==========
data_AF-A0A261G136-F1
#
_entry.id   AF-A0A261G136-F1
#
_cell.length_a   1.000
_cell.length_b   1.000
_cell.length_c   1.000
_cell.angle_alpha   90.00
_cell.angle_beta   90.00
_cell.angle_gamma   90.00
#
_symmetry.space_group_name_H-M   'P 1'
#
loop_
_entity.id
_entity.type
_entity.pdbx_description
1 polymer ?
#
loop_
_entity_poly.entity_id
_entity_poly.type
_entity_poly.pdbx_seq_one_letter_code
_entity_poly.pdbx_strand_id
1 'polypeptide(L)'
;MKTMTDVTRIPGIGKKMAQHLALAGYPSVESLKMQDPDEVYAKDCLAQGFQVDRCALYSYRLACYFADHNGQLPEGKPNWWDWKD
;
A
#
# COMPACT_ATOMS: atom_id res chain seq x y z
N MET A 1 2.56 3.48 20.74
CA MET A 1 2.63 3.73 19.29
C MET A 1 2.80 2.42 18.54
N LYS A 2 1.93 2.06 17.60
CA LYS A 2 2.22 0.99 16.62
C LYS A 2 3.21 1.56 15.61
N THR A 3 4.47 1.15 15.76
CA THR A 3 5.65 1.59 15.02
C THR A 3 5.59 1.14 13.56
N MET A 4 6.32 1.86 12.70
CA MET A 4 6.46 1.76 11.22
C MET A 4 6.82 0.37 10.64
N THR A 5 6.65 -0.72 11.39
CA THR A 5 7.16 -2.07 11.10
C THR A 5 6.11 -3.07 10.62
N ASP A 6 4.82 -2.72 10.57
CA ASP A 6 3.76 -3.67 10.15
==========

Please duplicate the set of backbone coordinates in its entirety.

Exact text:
data_AF-A0A261G136-F1
#
_entry.id   AF-A0A261G136-F1
#
_cell.length_a   1.000
_cell.length_b   1.000
_cell.length_c   1.000
_cell.angle_alpha   90.00
_cell.angle_beta   90.00
_cell.angle_gamma   90.00
#
_symmetry.space_group_name_H-M   'P 1'
#
loop_
_entity.id
_entity.type
_entity.pdbx_description
1 polymer ?
#
loop_
_entity_poly.entity_id
_entity_poly.type
_entity_poly.pdbx_seq_one_letter_code
_entity_poly.pdbx_strand_id
1 'polypeptide(L)'
;MKTMTDVTRIPGIGKKMAQHLALAGYPSVESLKMQDPDEVYAKDCLAQGFQVDRCALYSYRLACYFADHNGQLPEGKPNWWDWKD
;
A
#
# COMPACT_ATOMS: atom_id res chain seq x y z
N MET A 1 2.56 3.48 20.74
CA MET A 1 2.63 3.73 19.29
C MET A 1 2.80 2.42 18.54
N LYS A 2 1.93 2.06 17.60
CA LYS A 2 2.22 0.99 16.62
C LYS A 2 3.21 1.56 15.61
N THR A 3 4.47 1.15 15.76
CA THR A 3 5.65 1.59 15.02
C THR A 3 5.59 1.14 13.56
N MET A 4 6.32 1.86 12.70
CA MET A 4 6.46 1.76 11.22
C MET A 4 6.82 0.37 10.64
N THR A 5 6.65 -0.72 11.39
CA THR A 5 7.16 -2.07 11.10
C THR A 5 6.11 -3.07 10.62
N ASP A 6 4.82 -2.72 10.57
CA ASP A 6 3.76 -3.67 10.15